“My, my what have we here?” Said the witch. She stomped on the ground and looked down, speaking to it, “Well,
you’ve outdone yourself this time, good old earth! You brought me the very thing I was looking for but didn’t know
how to find!”

The witch came over and sniffed at Mara. “It’s you alright.”

Mara shook her head. “What on earth do you mean?”

The witch looked confused. “What do you mean, ‘what do I mean?’ You’ve set the trees to chattering for the last

Mara remembered what the floorboards had said earlier that week. “Are you the witch?”

Witch Betty reached out and grabbed Mara’s arm. She prodded the skin inside her left forearm where she had an
odd, squiggly reddish black mark. Her mother had always said it was a birthmark. “Ah ha! Now, that explains it. You
are still bound.” She squinted at Mara. “But, which bond were they stupid enough to break so you could go
wandering about?”

“I don’t have a clue what you are talking about.” Mara said. “But, I need to be getting home now.”

“Home? Where do you live now?”

Mara noticed a broom stick leaning against the door frame of the cottage. “I’ve seen you riding that at night. Would
you take me home on it?”

Witch Betty looked at the broomstick. “Have you now? That’s curious. That’s some powerful magic you’ve been
weaving to break through my invisibility spell, then.”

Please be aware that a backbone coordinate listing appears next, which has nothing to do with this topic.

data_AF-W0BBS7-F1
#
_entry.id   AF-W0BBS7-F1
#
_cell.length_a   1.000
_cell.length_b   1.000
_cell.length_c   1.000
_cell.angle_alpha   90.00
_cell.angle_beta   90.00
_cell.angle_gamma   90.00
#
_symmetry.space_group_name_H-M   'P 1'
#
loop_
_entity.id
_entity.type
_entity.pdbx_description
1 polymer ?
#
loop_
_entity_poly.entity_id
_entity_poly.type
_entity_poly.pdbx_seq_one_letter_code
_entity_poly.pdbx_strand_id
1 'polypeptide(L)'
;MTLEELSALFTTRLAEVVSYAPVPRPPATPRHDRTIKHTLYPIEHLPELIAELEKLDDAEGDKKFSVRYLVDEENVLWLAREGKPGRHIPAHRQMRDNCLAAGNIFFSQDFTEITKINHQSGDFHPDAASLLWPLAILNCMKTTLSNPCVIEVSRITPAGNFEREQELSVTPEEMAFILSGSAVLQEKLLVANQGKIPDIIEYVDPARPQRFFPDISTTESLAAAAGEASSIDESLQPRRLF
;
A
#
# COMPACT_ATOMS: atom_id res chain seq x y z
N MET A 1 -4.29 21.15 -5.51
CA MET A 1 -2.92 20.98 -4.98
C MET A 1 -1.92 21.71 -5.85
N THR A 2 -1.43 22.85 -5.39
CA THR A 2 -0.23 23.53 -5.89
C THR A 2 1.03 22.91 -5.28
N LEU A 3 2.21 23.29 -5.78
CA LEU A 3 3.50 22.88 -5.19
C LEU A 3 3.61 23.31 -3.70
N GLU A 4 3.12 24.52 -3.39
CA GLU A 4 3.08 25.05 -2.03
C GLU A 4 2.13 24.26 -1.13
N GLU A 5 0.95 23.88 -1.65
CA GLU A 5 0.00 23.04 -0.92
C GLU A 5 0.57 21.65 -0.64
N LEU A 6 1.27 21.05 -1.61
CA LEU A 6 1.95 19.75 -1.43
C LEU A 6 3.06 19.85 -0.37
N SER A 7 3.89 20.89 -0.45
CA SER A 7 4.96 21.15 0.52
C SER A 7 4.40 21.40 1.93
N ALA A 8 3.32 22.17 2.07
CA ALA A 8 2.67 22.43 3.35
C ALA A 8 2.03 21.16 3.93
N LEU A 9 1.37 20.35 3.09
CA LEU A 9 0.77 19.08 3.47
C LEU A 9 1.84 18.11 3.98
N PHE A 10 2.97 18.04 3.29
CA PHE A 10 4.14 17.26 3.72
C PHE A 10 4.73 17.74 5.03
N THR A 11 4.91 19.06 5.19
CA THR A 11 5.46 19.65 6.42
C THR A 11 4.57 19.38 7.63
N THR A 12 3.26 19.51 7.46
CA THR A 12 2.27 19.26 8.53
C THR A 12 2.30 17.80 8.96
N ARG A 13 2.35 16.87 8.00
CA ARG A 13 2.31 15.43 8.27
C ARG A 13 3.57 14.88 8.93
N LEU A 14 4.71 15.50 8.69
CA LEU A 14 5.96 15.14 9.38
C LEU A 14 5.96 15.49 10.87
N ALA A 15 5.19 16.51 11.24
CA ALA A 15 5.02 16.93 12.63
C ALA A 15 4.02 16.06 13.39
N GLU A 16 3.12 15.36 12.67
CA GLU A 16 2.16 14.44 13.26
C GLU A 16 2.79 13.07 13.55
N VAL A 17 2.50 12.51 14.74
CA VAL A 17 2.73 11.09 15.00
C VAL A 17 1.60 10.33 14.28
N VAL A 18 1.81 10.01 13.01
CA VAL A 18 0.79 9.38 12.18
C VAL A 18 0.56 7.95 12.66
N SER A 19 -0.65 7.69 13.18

Mara shook her head. “No, no magic. I see you at night. Out my window.”

“Is it a magic mirror that you’re using?” Betty asked. “Please say you have a magic mirror. I’ll let you _have_ my
broomstick if you just let me see your magic mirror for one second…”

Mara was offended at that. She wrenched her arm out of Witch Betty’s hand and backed away from the cottage. “I’
m leaving.”

Witch Betty laughed. “Are you, now? You sure you know your way home? It’s dark now, and the forest has a mind
of its own at night, cursed as it is and all. Even the forest creatures who call this place home don’t wander around
without a cause after dark.”

“Well, I have to get home.”

“Alright, alright. Let’s come to a deal then. You stay here with me tonight, and I will take you home tomorrow

“My parents will kill me if I’m not home.”

“Are you sure they are really your parents, then?” Witch Betty said, cocking her head to the side and squinting. “I
will make sure no harm comes to you. Now, stay. The forest is too dangerous at night.”

“How do I know I can trust you?” Mara said suspiciously.

“I won’t be taking any blood, hair, skin, or nails. I swear it.” A seal formed in the air, white as light, and then